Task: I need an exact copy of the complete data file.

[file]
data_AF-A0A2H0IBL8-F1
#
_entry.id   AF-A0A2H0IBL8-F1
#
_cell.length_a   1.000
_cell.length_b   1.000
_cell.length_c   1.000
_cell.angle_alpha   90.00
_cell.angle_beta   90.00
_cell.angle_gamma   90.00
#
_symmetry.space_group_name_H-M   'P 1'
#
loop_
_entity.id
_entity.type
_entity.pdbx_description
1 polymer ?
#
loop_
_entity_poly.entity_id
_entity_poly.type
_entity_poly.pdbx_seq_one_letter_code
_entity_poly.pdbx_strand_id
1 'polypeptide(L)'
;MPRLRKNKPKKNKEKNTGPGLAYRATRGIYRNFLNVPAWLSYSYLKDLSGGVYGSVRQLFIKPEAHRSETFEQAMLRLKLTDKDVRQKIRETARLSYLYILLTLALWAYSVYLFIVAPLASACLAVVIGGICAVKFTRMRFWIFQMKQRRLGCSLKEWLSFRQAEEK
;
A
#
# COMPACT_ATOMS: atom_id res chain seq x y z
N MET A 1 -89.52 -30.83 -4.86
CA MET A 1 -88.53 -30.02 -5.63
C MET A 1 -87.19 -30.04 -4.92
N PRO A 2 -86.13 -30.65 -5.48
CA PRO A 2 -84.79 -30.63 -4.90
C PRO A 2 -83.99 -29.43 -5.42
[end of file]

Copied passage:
data_AF-A0A2H0IBL8-F1
#
_entry.id   AF-A0A2H0IBL8-F1
#
_cell.length_a   1.000
_cell.length_b   1.000
_cell.length_c   1.000
_cell.angle_alpha   90.00
_cell.angle_beta   90.00
_cell.angle_gamma   90.00
#
_symmetry.space_group_name_H-M   'P 1'
#
loop_
_entity.id
_entity.type
_entity.pdbx_description
1 polymer ?
#
loop_
_entity_poly.entity_id
_entity_poly.type
_entity_poly.pdbx_seq_one_letter_code
_entity_poly.pdbx_strand_id
1 'polypeptide(L)'
;MPRLRKNKPKKNKEKNTGPGLAYRATRGIYRNFLNVPAWLSYSYLKDLSGGVYGSVRQLFIKPEAHRSETFEQAMLRLKLTDKDVRQKIRETARLSYLYILLTLALWAYSVYLFIVAPLASACLAVVIGGICAVKFTRMRFWIFQMKQRRLGCSLKEWLSFRQAEEK
;
A
#
# COMPACT_ATOMS: atom_id res chain seq x y z
N MET A 1 -89.52 -30.83 -4.86
CA MET A 1 -88.53 -30.02 -5.63
C MET A 1 -87.19 -30.04 -4.92
N PRO A 2 -86.13 -30.65 -5.48
CA PRO A 2 -84.79 -30.63 -4.90
C PRO A 2 -83.99 -29.43 -5.42